European response 

More than eight months later, as rector and as a human being, I believe Israel must immediately stop the abhorrent violence in Gaza, and that Israel should be held accountable, as demanded by the International Court of Justice. But why not an academic boycott? The EU funds ground-breaking research through its Horizon programmes, which also involve Israeli partners. Horizon research is by definition non-military. Moreover, these scientific consortia, involving dozens of universities, are of significant scientific importance, for instance in medicine. That is why all Flemish universities, united in the Flemish Interuniversity Council (VLIR), have written to the European Commission (LINK) asking how universities should approach research projects involving Israeli partners, given the rulings of the International Court of Justice.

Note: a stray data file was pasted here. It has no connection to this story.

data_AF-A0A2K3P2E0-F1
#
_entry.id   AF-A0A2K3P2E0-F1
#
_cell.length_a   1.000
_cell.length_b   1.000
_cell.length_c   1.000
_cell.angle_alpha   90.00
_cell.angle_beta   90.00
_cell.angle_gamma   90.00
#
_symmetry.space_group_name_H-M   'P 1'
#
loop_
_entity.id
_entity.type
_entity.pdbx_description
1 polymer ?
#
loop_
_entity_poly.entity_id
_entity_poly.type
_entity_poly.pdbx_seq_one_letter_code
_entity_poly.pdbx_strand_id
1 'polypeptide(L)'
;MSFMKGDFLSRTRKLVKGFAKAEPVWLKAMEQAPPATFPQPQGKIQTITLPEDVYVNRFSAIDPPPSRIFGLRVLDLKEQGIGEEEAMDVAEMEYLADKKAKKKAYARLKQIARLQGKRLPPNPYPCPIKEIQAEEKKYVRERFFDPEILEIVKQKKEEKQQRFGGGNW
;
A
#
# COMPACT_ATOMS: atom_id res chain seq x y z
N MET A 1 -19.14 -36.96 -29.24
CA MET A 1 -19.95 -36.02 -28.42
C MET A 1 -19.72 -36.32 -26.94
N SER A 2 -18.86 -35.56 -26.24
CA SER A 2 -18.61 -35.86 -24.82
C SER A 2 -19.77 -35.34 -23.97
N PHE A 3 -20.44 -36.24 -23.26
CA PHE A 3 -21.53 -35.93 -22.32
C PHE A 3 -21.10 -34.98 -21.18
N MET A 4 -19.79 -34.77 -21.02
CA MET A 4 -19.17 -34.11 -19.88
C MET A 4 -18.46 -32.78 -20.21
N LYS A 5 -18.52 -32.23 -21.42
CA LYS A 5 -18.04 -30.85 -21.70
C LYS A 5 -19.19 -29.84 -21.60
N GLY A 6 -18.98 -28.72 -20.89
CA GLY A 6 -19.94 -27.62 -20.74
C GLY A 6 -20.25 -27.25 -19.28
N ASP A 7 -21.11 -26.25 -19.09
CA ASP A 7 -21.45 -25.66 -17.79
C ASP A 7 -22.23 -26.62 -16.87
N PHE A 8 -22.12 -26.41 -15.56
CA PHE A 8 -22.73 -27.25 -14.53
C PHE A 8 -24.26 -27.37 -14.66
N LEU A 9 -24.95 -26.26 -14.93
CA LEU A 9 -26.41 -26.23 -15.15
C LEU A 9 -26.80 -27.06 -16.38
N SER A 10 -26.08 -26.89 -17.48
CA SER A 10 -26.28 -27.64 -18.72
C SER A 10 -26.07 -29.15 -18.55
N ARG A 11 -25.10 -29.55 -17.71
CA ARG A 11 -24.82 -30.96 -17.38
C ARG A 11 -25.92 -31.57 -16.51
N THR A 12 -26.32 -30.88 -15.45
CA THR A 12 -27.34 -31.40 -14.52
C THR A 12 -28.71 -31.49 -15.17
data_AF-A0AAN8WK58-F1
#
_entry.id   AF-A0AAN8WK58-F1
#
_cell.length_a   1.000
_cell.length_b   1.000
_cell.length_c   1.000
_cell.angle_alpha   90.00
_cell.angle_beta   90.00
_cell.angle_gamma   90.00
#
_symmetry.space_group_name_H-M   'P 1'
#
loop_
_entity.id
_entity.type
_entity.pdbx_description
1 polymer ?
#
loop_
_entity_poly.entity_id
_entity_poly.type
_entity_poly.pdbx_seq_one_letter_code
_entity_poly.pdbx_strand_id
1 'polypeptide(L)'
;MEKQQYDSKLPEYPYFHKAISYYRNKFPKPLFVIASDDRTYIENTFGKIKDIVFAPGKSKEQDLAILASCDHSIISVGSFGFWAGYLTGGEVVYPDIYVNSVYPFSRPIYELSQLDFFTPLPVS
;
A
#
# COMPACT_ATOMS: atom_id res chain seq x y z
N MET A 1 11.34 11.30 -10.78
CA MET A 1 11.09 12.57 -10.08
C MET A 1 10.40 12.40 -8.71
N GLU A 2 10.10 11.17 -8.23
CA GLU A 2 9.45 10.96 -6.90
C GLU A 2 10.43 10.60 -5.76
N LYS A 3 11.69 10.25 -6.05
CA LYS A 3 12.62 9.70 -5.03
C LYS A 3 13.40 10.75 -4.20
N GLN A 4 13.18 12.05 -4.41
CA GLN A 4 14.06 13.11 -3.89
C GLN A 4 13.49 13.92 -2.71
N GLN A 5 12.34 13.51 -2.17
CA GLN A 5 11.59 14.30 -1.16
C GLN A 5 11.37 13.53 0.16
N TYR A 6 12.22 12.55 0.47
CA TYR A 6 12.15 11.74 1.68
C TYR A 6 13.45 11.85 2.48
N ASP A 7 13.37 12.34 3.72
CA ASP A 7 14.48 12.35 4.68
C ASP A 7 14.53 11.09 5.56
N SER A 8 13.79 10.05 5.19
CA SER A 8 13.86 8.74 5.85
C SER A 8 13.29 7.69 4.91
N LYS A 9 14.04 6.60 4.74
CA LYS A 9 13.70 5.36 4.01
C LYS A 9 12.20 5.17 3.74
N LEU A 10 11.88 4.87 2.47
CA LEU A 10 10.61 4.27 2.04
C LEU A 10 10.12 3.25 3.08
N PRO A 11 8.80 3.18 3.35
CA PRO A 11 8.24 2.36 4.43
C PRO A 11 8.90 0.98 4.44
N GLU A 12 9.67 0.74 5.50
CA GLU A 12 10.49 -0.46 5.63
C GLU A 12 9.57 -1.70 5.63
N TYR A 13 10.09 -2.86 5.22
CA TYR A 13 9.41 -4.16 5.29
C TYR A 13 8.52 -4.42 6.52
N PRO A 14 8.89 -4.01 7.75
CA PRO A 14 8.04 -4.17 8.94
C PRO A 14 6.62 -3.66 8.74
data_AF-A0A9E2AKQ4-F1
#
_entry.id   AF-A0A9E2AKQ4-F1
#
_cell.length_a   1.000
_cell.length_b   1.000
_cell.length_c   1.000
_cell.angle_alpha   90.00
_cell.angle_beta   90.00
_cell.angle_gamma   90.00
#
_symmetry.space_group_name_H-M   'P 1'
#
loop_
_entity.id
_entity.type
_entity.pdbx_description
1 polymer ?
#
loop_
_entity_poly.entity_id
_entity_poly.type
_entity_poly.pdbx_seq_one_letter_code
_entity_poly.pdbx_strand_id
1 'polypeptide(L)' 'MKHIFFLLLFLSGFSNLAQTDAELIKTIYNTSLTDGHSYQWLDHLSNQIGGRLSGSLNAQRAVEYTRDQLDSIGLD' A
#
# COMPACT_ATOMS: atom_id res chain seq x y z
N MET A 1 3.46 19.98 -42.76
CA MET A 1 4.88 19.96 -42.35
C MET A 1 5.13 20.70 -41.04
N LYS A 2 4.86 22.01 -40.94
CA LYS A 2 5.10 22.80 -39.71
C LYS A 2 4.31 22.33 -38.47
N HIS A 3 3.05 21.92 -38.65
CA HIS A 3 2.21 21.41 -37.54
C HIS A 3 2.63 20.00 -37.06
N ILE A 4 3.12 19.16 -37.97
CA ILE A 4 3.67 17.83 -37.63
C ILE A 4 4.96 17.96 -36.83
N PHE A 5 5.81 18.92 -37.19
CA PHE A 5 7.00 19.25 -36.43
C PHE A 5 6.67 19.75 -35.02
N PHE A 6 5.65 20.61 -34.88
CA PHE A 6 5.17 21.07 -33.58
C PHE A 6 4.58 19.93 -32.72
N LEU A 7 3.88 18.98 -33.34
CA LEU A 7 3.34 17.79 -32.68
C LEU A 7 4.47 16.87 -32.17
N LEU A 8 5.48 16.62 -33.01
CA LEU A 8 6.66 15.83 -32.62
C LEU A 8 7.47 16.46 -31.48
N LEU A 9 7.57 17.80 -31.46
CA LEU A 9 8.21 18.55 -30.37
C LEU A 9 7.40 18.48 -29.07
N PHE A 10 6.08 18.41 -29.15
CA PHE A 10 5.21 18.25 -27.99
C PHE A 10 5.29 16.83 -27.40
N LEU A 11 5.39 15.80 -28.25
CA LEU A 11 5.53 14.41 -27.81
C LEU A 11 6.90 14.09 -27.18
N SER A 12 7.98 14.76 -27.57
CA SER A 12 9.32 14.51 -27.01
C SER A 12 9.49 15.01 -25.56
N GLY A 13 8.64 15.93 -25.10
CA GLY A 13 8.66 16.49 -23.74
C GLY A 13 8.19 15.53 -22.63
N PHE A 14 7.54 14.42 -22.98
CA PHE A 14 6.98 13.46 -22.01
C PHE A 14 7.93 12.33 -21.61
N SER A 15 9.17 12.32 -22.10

Ongoing projects 

At VUB, as repeatedly indicated, we have submitted four ongoing research projects with Israeli partners to the ethics committee. The committee is currently reviewing these projects and we expect their advice this month. Previously, on 8 May, we announced that following a negative evaluation from the ethics committee, we intend to terminate a Horizon research project on artificial intelligence involving two Israeli partners. We have also provided full transparency about other collaborations involving Israeli partners. In the event of negative advice, we will start a procedure to withdraw from the project, or explore the possibility of the Israeli partner withdrawing, which would be more logical.